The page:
Spring has sprung and for thousands of northwesterners, thumbs are turning green. But for apartment or condo dwellers—like me—urban gardening can be a challenge. Many new buildings are being outfitted with rooftop gardens for tenants’ use, but they’re still spendy and scarce; most of us will have to look to home-owning friends with a few square feet to spare or vie with neighbors for a plot in high-demand community gardens.
How does a community garden work? Typically, the city or program (some are run by private developers) sets aside a patch of land—portions of parks, undeveloped lots, etc—ranging anywhere from 2,000-200,000 sq. ft. in size. The land is parceled into individual plots ranging from under 100 sq. ft. to over 400. Individuals pay under $100/year for a plot. Each location may have different specific requirements, but they generally make sure gardeners are actually using the plot.
I’ve heard a lot of hype in the last couple of years, and wondering where the vegetable starts on my windowsill will be planted next month got me thinking more about community gardens in the Northwest: How common are they? And how competitive can they really be?
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Just a quick perusal of city gardening sites confirmed what I’d heard through the grapevine—there are far more green thumbs than available plots, leaving some waiting for as many as five years.
Here’s a quick run-down of where the Northwest’s three major metropolises stand on community gardens:
- Vancouver, BC (4.3 plots per 1,000 people): The Community Gardens program has expanded greatly in the last four years—from 950 plots to 2,500 across 50 gardens. The city also has a great program helping to match garden-owners with neighbors looking for an empty patch of soil.
- Portland, Oregon (5.2 plots per 1,000 people): The city’s Community Gardens program hosts 32 gardens, used by about 3,000 gardeners (with another 1,000 on the waiting list). Additionally, the city sponsors programs to connect urban gardeners with surplus food with families in need, and to teach youth about gardening and food production.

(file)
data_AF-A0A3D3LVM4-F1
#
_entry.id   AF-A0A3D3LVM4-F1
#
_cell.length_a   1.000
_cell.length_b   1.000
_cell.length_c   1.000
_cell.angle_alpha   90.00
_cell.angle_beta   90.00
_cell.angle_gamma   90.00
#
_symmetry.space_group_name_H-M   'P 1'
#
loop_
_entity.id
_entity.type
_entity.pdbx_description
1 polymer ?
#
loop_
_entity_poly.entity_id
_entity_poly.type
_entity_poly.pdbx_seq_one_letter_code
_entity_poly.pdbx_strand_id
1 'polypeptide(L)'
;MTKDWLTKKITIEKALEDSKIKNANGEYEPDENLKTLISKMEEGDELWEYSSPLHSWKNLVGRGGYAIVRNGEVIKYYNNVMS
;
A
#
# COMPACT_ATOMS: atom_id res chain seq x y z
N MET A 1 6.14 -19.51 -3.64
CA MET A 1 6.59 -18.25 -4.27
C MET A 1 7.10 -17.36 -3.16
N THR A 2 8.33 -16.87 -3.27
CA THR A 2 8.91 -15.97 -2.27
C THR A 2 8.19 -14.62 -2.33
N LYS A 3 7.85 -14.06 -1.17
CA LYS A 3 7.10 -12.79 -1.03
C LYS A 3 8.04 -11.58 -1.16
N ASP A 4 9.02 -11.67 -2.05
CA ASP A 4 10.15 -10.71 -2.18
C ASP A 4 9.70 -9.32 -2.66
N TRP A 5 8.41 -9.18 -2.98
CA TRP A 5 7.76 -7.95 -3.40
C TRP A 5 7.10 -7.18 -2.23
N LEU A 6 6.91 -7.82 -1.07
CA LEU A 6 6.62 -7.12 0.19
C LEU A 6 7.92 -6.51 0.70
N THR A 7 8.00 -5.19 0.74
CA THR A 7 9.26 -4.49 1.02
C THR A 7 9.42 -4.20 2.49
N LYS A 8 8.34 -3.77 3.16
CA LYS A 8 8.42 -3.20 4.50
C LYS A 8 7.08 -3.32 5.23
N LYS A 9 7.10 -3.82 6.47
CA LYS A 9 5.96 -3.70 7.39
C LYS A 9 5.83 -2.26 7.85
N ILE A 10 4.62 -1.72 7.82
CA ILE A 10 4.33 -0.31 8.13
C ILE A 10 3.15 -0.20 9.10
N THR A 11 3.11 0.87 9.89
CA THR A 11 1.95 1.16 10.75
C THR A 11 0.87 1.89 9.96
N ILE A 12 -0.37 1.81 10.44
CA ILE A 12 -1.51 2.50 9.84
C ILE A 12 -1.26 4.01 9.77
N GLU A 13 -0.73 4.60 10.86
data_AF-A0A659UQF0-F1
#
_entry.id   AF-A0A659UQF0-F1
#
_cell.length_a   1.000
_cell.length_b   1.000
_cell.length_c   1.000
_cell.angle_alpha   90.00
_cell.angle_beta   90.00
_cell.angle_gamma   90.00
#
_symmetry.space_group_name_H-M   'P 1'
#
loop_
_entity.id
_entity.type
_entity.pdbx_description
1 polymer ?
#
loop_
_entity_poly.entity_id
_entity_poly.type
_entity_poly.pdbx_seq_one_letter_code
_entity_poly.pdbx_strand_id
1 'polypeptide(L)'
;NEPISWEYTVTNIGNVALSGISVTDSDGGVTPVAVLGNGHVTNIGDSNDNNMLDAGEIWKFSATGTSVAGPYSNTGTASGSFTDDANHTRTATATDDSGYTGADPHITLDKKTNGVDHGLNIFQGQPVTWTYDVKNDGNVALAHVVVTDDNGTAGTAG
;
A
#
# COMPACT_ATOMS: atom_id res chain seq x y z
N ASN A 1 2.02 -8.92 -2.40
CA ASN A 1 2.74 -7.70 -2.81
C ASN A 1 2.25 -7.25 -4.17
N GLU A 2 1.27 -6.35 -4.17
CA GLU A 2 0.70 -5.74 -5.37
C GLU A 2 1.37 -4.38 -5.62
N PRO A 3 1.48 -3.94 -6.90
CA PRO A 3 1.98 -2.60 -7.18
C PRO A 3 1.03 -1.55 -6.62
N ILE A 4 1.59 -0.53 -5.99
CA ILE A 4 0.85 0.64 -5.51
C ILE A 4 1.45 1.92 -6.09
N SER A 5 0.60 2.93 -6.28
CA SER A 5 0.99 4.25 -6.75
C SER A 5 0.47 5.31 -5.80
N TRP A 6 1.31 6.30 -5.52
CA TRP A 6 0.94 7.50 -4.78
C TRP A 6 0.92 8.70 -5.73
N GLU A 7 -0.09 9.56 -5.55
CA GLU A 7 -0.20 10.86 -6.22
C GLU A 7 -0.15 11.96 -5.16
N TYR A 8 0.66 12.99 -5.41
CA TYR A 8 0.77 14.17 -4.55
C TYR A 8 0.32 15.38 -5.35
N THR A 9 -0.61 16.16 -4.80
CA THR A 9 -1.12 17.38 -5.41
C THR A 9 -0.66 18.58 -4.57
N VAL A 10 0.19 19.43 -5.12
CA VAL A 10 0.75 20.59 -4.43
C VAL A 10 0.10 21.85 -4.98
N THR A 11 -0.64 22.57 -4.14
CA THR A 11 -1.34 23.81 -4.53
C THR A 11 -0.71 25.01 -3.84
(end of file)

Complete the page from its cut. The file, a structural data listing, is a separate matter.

- Seattle, WA (6.3 plots per 1,000 people): Heralded as one of the US’s best urban gardening programs, the P-Patch program has more than 70 gardens over 23 acres—used by 3,800 urban gardeners with another 2,000 on waitlists (which take anywhere from three months to five years). Over half of the gardeners are low income, and the program donates 7-10 tons of fresh produce each year through Solid Ground’s Lettuce Link program.
Yet despite all the positive press and demand, I have to question the ability of p-patches to make a large impact on our food systems. A dedicated community garden owner on 200 square feet might produce a substantial portion of their vegetables (see end note), but a hobbyist on 90 square feet may simply contribute some tasty additions to their spring and summer suppers. And with an average of only 5 plots per 1,000 residents of the biggest Northwest cities, the programs have a long way to go before they are a major part of our food system or a solution to poor nutrition.
Instead, I think of community gardens along the same lines as food carts—maybe the measurable benefits aren’t so great, but they have an important place in a vibrant urban culture: they often fill land that would otherwise go unused; provide green spaces in some of our cities’ densest neighborhoods; contribute a significant chunk of fresh, healthy produce for those who otherwise might lack access; give kids hands-on experience to understand where food comes from and how ecosystems work; and, as I mentioned before, add a certain je ne sais quoi to dense, urban living by providing non-homeowners with one of the more fun advantages of having a yard.
Perhaps most importantly, there’s an enhanced sense of community when a group of neighbors get together and dig into the earth. Certainly the Victory Gardens of both World Wars provided a morale booster to civilians who felt like they were contributing to war effort (if Wikipedia is to be trusted—and it probably isn’t—they contributed 40 percent of the US’s vegetable consumption). Maybe community gardens provide a similar morale boost for those engaged in the slow-motion sustainability revolution.
Unfortunately, with a waiting time of at least a year, it doesn’t look like a p-patch will be the answer for my veggies this year. But it’s good to see such enthusiasm for public green spaces. I’m curious to hear if any of our readers have a community garden plot—and if so, what you think about it?
For Seattle-area readers, this week Darrin Nordahl, author of Public Produce: The New Urban Agriculture will be speaking in Seattle at IslandWood on 4/28, and Town Hall on 4/29.